This Steak-Sharing Startup Targets Foodies Looking for High-End Beef
Crowd Cow delivers premium beef from small, independent farms to foodies nationwide. “People are looking for more clarity about what they’re eating,” says co-founder Ethan Lowry. The company sells one cow at a time, offering shares to customers who’ve signed up for email alerts via Crowd Cow’s website.
① The Farm
Bob and Kate Boyce have been running the Lil’ Ponderosa, a 185-acre farm in Carlisle, Pa., for about 30 years. The farmers, who signed on to supply Crowd Cow in June, own more than 200 purebred Black Angus cattle that are fed grass from birth to harvest. “We’re breeding for the strongest traits possible,” Bob says. “Consistency is one of the biggest problems in the beef business.” The startup lets farmers avoid the sometimes tedious and time-consuming work that goes into selling cows at markets or to high-end restaurants.
② The Company
Founders Lowry and Joe Heitzeberg, both 44, are betting on growing demand for premium products. The two have worked in the Seattle tech scene since the late 1990s; Lowry co-founded the early restaurant review site Urbanspoon. They’d heard a mutual friend rave for years about the beef he bought from a farm in western Washington. So in 2015 they decided to buy a cow directly from a small farm outside Seattle, then sell cuts through crowdsourcing. The first cow weighed 550 pounds and sold out in 24 hours. “There’s a huge market of people who want to find something better than commodity beef,” Lowry says.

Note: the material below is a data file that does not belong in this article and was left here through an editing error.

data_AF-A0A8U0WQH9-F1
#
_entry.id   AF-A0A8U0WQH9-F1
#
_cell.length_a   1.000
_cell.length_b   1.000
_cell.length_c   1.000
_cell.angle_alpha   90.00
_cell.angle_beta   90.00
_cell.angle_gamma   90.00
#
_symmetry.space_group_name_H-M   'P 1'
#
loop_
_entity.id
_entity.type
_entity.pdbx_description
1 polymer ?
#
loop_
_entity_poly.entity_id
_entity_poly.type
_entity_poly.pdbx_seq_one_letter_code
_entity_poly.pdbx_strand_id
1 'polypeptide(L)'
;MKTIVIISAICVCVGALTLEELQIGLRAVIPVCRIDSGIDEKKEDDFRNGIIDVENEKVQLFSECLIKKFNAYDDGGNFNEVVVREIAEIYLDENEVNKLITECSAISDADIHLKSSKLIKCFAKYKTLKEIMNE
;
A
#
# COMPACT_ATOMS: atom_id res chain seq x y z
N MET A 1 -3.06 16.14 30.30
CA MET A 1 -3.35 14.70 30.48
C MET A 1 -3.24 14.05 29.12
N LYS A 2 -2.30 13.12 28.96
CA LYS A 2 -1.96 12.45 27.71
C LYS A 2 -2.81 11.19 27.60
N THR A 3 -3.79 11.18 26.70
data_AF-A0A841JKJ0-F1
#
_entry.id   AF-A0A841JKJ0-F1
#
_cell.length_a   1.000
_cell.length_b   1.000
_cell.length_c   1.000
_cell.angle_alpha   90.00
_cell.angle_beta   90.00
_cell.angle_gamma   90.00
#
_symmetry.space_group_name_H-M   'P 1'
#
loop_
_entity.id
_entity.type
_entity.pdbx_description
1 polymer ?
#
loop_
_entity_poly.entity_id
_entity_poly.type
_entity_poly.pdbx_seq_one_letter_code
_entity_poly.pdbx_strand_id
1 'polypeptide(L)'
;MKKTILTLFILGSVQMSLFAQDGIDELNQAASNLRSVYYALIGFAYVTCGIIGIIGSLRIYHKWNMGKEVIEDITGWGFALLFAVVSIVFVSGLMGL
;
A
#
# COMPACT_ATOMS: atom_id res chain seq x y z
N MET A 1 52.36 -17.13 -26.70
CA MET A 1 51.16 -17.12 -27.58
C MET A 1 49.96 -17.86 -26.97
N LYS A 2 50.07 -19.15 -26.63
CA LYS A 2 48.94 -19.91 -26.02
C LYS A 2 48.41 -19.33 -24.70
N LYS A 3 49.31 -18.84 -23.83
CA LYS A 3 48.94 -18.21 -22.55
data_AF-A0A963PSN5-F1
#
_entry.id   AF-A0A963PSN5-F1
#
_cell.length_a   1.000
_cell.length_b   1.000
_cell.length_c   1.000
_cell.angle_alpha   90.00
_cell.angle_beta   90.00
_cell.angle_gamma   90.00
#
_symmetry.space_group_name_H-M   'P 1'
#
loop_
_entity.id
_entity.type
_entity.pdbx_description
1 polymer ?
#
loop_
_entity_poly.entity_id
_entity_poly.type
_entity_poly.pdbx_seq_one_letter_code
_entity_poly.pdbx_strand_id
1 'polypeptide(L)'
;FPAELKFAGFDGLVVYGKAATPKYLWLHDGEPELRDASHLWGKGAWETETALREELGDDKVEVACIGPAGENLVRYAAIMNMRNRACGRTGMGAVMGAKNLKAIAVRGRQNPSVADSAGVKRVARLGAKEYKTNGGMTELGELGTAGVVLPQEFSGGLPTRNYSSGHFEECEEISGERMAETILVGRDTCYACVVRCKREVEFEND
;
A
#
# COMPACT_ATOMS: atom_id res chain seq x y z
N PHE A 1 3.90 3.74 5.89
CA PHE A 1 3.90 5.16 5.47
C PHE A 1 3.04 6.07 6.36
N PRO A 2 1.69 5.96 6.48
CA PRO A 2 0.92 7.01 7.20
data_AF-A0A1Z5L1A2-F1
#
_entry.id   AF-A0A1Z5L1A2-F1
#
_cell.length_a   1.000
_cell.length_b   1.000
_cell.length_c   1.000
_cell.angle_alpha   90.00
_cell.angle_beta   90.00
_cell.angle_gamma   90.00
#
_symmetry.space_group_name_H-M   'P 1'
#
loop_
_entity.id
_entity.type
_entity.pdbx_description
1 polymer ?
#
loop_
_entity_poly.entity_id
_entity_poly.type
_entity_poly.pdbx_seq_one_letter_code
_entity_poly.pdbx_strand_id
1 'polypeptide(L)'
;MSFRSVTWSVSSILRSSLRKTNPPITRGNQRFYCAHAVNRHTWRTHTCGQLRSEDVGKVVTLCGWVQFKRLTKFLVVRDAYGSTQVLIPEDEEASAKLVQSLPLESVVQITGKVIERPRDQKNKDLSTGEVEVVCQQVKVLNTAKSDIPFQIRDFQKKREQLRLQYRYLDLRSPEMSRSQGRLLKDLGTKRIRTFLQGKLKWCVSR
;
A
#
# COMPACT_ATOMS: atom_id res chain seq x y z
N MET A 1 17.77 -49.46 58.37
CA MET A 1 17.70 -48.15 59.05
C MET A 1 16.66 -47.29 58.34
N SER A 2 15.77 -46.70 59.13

③ The Beef
The cow is slaughtered, and the beef is packaged and sent to one of Crowd Cow’s two distribution centers. Customers receive an email announcing an “event”—a new sale. Crowd Cow offers roughly 60 shares per cow. A recent $89 share from Lil’ Ponderosa included a 32-ounce rib steak, 32 ounces of ground beef, and two 12-ounce chuck steaks. Such parts as the liver, kidney, and tongue are sold, too. “We sell the tongue pretty fast,” Lowry says.
Crowd Cow expects to post revenue of at least $7 million this year. The initial fundraising round brought in $2 million. Investors included Fuel Capital, Zulily Inc. founders Mark Vadon and Darrell Cavens, and ex-NFL star Joe Montana, who has a venture fund.